Thousands of families downstream of the Tokwe-Mukorsi Dam wall that partially collapsed yesterday due to heavy rains risk being swept away by rising waters, prompting Government to deploy more than 20 vehicles to relocate those in imminent danger. Government is on high alert after rising water levels caused a partial collapse of the dam wall, endangering over 2 000 families in the reservoir flood basin.
After touring the dam yesterday, Masvingo Provincial Minister of State Kudakwashe Bhasikiti said, “There is high danger that if water continues to rise the dam wall can crack and flood thousands of people and property downstream.
“We are still mobilising resources to evacuate the families and ensure that they have make-shift shelter and food. We have managed to secure tents from humanitarian organisations.”
Local Government, Public Works and National Housing Minister Dr Ignatius Chombo urged communities downstream of Tokwe-Mukorsi Dam to move at least two kilometres from Tokwe River. Masvingo’s provincial leadership appealed to Government for US$9 million to evacuate endangered families in the flood basin. The families are being moved to the Chingwizi area of Nuanetsi Ranch. The CPU said in a statement on Monday that areas likely to be affected included Ngundu, Gororo, Nyahombe, Tokwane and Triangle.
“Communities downstream of the Tokwe-Mukrosi Dam along Tokwe River and its tributaries are at risk of flooding and must take necessary precautions to avoid danger,” Minister Chombo said.
At least 400 families needed to be evacuated immediately and a further 4 000 would be moved in due course, the Minister said.
In a statement, national police spokesperson Chief Superintendent Paul Nyathi said: “The ZRP is appealing to people residing in low-lying areas, in particular those settled along the Tokwe River, south of Tokwe-Mukorsi Dam wall, to move to higher ground with urgency.
“The Tokwe-Mukorsi Dam wall has been damaged and has shifted slightly because of the increasing water levels which have risen above the dam’s normal carrying capacity.” After touring the Tokwe-Mukorsi flood basin on an Air Force of Zimbabwe helicopter on Monday, chairperson of the relocation co-ordinating committee and Masvingo provincial administrator Mr Felix Chikovo said 300 families needed urgent evacuation. Mr Chikovo warned that relocations would be hampered by the continuing rains.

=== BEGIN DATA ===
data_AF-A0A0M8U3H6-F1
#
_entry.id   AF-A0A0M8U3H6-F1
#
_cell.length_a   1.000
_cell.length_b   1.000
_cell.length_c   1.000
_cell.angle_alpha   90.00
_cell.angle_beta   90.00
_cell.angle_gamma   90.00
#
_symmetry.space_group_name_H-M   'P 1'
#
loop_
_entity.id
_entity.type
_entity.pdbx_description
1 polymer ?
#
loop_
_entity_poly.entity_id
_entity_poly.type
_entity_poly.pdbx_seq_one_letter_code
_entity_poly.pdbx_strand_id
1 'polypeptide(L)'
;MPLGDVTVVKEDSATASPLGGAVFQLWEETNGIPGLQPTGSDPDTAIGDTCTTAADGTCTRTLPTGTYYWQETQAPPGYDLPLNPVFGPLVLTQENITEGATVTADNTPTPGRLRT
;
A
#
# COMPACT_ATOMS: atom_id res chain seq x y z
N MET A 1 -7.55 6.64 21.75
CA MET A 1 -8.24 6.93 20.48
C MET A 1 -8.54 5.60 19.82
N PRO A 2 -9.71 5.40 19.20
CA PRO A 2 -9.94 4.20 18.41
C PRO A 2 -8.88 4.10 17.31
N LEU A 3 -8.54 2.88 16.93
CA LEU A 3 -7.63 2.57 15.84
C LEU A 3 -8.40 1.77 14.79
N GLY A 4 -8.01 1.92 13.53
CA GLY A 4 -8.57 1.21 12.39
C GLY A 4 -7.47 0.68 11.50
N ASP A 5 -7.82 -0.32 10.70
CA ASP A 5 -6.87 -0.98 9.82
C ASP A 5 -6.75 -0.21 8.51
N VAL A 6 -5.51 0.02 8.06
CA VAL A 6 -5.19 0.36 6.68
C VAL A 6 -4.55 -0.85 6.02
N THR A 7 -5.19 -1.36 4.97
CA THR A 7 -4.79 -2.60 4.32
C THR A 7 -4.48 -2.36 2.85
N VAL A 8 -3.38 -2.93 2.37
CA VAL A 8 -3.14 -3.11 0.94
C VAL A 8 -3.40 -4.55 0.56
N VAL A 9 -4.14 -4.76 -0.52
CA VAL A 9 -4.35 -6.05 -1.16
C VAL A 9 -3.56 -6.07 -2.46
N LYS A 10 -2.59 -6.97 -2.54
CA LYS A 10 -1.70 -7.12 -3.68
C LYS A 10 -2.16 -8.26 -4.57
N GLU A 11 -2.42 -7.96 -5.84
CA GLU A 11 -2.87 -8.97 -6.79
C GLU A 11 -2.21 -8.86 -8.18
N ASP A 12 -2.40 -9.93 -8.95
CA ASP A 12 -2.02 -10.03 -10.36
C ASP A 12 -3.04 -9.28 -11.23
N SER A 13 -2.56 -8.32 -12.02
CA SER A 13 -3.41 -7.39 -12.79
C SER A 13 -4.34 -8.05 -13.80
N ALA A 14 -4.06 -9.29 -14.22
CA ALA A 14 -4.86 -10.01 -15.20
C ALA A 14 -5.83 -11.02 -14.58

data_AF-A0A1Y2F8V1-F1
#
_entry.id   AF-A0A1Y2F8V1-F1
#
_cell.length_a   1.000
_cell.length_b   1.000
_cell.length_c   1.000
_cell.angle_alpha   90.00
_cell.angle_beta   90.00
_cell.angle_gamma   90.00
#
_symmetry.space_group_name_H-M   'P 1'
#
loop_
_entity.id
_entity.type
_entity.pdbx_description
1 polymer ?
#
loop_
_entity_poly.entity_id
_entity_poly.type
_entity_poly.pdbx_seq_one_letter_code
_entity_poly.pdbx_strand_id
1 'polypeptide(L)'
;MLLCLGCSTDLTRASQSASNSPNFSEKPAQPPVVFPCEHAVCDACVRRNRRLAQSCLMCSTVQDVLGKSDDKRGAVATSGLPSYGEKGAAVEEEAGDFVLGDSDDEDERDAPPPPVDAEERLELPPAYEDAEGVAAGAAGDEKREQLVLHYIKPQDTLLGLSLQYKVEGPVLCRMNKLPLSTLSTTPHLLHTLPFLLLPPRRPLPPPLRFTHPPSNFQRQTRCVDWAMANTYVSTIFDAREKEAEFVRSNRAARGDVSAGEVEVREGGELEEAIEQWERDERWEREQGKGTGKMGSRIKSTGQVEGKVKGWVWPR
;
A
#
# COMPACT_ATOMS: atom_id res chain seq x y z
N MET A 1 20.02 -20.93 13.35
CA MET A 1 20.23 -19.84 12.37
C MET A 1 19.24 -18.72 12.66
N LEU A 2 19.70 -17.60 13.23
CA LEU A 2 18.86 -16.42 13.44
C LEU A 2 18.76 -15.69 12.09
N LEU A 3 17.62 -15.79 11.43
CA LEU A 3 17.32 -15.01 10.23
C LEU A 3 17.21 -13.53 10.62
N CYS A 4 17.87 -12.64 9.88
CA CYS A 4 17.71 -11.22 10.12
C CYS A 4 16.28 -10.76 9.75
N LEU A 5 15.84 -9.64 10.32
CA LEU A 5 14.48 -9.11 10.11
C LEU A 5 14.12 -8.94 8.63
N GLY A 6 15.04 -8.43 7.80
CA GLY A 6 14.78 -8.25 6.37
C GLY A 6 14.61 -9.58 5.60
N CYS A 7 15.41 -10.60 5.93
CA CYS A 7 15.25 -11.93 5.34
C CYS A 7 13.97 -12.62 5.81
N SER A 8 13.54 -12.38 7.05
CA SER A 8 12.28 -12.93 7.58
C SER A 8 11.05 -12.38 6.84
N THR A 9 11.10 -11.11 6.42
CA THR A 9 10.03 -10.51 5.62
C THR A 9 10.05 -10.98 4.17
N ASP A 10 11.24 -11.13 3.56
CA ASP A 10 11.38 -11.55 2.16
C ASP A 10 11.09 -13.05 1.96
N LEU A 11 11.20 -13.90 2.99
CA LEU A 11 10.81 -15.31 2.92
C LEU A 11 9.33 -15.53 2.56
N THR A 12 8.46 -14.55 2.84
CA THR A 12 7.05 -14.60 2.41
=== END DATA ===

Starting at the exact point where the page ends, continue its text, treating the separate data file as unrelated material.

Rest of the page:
Tokwe-Mukorsi will have capacity to hold 1,8 billion cubic litres of water on completion. The dam wall will measure 89m and the total project cost is US$155 million. Salini Impregilio, an Italian company, is the main contractor. Already, 23 houses on Marriot Ranch in Mwenezi have collapsed following incessant rains in southern Masvingo.
Masvingo deputy provincial administrator Mr Goden Chipika yesterday said the houses in Chindundu Village were largely built with poles and dagga.
“The heavy rains have been falling in the area since last week and some non-governmental organisations such as Red Cross are assisting the affected people with tents for temporary shelter,’’ he said.
“We continue to closely monitor the situation in areas where heavy rains continue to fall to make sure there is no loss of life and property.
“In Mwenezi, most homes were built using poles and dagga which makes them susceptible to collapsing in the event of too much rain.’’ Government and humanitarian organisations have started delivering tents to shelter victims of flooding in Masvingo.